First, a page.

Burry Holms

At the northern end of Rhossili Bay is Burry Holms, a small tidal island that is accessible approximately 2.5 hours after high tide.  This was my fathers favourite fishing spot and where he would spend far too many hours spinning for bass off the north point. The island  is a 20 minute walk from Broughton Caravan Park or a 30 minute walk from Hillend Caravan Park. 

 
stonellang.jpg
 Photography © Chris Gill Jones 2016

Photography © Chris Gill Jones 2016

 

Standing on top of the island  and on a clear day, you can see Caldey Island to the West.  Turning towards the north-east there is the Whiteford Lighthouse and past this is Burry Port harbour. The island was once inhabited during the Mesolithic period. These days there are only rabbits, but be careful, as it is easy to lose your footing in a rabbit hole. During the Iron age, Bury Holms was a hill fort and later a Medieval monastery.  The flora on the island includes thrift and sea campion.  Seals can often be seen in the waters close by.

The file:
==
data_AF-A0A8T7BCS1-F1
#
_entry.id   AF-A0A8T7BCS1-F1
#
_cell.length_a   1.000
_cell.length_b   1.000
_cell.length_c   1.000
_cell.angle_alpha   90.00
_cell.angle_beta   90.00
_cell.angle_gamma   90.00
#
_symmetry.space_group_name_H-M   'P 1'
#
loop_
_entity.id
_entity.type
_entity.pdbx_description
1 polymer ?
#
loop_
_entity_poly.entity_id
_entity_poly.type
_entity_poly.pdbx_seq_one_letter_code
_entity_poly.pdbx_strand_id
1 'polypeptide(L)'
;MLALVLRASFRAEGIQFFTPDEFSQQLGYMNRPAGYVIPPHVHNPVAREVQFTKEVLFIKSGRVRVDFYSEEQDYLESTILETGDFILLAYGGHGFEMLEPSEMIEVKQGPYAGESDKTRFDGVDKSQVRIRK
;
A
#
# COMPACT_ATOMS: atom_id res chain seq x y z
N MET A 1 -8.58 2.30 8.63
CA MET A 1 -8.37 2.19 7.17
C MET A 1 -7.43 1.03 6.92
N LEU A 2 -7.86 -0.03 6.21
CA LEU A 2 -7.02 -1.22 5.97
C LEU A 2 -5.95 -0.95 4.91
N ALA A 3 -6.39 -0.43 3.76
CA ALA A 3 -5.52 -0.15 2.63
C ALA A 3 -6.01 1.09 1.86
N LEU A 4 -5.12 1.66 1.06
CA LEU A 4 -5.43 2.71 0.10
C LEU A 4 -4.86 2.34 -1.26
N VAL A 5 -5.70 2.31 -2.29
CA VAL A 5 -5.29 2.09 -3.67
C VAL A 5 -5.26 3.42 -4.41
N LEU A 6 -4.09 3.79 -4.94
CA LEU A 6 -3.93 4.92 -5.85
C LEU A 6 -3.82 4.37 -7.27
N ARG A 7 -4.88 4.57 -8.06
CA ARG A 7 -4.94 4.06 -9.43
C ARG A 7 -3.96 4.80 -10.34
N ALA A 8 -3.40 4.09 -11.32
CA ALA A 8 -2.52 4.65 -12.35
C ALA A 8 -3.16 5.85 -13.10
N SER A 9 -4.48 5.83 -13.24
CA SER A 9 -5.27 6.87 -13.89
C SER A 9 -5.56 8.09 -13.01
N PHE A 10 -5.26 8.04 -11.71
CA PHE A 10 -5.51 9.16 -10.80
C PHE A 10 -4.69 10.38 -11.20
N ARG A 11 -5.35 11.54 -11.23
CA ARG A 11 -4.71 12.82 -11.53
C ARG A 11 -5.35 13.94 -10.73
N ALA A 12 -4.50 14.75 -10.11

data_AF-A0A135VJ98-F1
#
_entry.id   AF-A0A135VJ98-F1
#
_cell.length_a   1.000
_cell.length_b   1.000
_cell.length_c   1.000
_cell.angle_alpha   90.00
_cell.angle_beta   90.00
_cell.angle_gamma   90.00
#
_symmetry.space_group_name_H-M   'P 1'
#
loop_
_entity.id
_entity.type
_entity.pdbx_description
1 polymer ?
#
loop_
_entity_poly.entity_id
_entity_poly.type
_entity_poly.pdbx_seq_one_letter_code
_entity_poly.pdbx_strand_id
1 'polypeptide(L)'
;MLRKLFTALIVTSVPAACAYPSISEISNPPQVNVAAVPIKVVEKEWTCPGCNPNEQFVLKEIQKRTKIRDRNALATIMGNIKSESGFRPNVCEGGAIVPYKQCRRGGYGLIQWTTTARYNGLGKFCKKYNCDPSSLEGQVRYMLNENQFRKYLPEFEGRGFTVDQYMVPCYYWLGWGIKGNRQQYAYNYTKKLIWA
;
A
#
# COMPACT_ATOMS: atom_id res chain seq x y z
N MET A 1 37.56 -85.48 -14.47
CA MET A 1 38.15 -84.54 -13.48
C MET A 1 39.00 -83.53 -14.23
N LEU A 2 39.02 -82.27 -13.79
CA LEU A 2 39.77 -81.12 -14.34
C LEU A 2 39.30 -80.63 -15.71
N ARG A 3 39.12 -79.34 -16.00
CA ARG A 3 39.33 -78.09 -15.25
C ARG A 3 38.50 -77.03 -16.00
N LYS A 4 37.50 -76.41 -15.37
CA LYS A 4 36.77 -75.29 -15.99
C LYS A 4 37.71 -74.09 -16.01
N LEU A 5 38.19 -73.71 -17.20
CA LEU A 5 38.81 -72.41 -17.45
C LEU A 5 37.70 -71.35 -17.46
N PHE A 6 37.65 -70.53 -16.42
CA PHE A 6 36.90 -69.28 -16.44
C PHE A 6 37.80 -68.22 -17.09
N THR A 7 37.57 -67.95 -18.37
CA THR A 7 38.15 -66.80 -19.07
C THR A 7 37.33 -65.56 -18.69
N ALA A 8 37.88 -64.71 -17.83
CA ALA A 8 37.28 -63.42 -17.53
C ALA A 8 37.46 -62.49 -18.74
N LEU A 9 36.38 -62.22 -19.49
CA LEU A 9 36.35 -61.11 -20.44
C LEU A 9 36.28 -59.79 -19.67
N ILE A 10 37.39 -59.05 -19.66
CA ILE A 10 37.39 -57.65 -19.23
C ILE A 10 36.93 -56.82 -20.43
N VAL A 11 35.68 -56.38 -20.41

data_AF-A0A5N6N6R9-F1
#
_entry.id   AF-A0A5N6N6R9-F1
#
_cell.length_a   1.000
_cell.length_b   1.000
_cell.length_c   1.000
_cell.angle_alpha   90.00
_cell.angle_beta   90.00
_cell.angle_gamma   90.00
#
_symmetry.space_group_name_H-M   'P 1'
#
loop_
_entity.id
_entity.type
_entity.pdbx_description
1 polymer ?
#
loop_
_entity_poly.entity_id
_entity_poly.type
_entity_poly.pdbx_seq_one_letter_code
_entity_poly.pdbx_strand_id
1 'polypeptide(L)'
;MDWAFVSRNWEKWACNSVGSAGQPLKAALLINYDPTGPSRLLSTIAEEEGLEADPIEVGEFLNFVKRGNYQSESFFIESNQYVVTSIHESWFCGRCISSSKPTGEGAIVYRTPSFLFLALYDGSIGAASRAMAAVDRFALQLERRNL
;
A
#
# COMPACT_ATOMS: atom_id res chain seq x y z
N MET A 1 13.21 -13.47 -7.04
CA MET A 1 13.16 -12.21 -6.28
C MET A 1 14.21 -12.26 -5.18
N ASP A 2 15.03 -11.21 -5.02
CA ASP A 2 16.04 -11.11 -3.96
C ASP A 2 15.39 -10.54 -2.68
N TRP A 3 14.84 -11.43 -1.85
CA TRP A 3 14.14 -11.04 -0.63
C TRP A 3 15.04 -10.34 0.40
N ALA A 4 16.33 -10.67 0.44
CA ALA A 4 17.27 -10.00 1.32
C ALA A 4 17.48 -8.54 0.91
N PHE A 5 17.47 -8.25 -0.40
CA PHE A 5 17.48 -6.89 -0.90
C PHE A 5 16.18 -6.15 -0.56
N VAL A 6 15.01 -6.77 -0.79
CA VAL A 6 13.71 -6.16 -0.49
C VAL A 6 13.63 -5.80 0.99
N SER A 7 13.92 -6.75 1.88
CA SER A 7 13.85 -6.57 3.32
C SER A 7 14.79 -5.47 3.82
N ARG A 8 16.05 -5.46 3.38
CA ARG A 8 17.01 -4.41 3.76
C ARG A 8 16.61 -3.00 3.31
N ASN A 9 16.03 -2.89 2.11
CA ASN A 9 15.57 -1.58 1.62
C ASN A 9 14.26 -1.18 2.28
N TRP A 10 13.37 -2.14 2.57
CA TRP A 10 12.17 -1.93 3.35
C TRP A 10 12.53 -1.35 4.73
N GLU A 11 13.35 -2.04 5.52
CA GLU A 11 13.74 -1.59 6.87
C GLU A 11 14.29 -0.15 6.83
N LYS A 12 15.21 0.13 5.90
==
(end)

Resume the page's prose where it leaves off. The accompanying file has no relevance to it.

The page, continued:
Burry Holms is also popular with surfers because under the right conditions, wave swells reflect off the the island and form a Peak, hence the name.
Dogs are welcome on the beach all year round.
The RAF use Pendine, on the opposite Carmarthenshire coast, to practice and very often fighter planes that can be clearly seen and heard as they fly past the island.

 
 
 
  Cormorant

Cormorant

A large waterbird, the cormorant has a long neck making it appear reptilian. It is often seen standing with its wings held out to dry. Cormorants are supreme fishers which can bring them into conflict with anglers. These are common along the south coast of Gower and around Burry Holms

 

Photography © Chris Gill Jones 2016

 

Winter swell at Peaks, adjacent to Burry Holms